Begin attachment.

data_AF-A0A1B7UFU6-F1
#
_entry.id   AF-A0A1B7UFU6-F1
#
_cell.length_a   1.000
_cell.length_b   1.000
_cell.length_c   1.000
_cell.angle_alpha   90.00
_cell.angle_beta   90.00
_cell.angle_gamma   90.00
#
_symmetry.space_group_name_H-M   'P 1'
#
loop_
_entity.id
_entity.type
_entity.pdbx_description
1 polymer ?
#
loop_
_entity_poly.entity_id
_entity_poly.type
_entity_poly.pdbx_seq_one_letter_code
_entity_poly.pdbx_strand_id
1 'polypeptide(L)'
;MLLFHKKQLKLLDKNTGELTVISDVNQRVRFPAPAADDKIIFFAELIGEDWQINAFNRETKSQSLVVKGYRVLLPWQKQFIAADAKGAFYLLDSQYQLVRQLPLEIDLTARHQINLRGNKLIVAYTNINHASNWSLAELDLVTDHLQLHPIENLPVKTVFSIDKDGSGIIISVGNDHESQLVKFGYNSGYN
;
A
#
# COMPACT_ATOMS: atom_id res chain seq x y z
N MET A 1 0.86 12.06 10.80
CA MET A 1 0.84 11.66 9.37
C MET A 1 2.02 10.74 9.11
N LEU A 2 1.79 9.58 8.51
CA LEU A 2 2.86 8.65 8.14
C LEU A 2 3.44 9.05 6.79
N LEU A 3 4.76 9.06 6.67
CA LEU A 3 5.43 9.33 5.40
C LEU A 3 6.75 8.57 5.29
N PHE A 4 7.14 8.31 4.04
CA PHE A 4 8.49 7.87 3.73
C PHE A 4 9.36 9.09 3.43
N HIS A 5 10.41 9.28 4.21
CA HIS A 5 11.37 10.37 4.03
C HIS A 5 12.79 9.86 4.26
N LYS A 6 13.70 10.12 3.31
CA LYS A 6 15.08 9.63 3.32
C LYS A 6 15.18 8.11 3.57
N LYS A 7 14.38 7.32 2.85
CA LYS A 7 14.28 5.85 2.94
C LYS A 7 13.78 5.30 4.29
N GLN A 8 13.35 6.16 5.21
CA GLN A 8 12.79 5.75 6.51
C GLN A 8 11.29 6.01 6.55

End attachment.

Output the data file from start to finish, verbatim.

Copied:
data_AF-A0A1B7UFU6-F1
#
_entry.id   AF-A0A1B7UFU6-F1
#
_cell.length_a   1.000
_cell.length_b   1.000
_cell.length_c   1.000
_cell.angle_alpha   90.00
_cell.angle_beta   90.00
_cell.angle_gamma   90.00
#
_symmetry.space_group_name_H-M   'P 1'
#
loop_
_entity.id
_entity.type
_entity.pdbx_description
1 polymer ?
#
loop_
_entity_poly.entity_id
_entity_poly.type
_entity_poly.pdbx_seq_one_letter_code
_entity_poly.pdbx_strand_id
1 'polypeptide(L)'
;MLLFHKKQLKLLDKNTGELTVISDVNQRVRFPAPAADDKIIFFAELIGEDWQINAFNRETKSQSLVVKGYRVLLPWQKQFIAADAKGAFYLLDSQYQLVRQLPLEIDLTARHQINLRGNKLIVAYTNINHASNWSLAELDLVTDHLQLHPIENLPVKTVFSIDKDGSGIIISVGNDHESQLVKFGYNSGYN
;
A
#
# COMPACT_ATOMS: atom_id res chain seq x y z
N MET A 1 0.86 12.06 10.80
CA MET A 1 0.84 11.66 9.37
C MET A 1 2.02 10.74 9.11
N LEU A 2 1.79 9.58 8.51
CA LEU A 2 2.86 8.65 8.14
C LEU A 2 3.44 9.05 6.79
N LEU A 3 4.76 9.06 6.67
CA LEU A 3 5.43 9.33 5.40
C LEU A 3 6.75 8.57 5.29
N PHE A 4 7.14 8.31 4.04
CA PHE A 4 8.49 7.87 3.73
C PHE A 4 9.36 9.09 3.43
N HIS A 5 10.41 9.28 4.21
CA HIS A 5 11.37 10.37 4.03
C HIS A 5 12.79 9.86 4.26
N LYS A 6 13.70 10.12 3.31
CA LYS A 6 15.08 9.63 3.32
C LYS A 6 15.18 8.11 3.57
N LYS A 7 14.38 7.32 2.85
CA LYS A 7 14.28 5.85 2.94
C LYS A 7 13.78 5.30 4.29
N GLN A 8 13.35 6.16 5.21
CA GLN A 8 12.79 5.75 6.51
C GLN A 8 11.29 6.01 6.55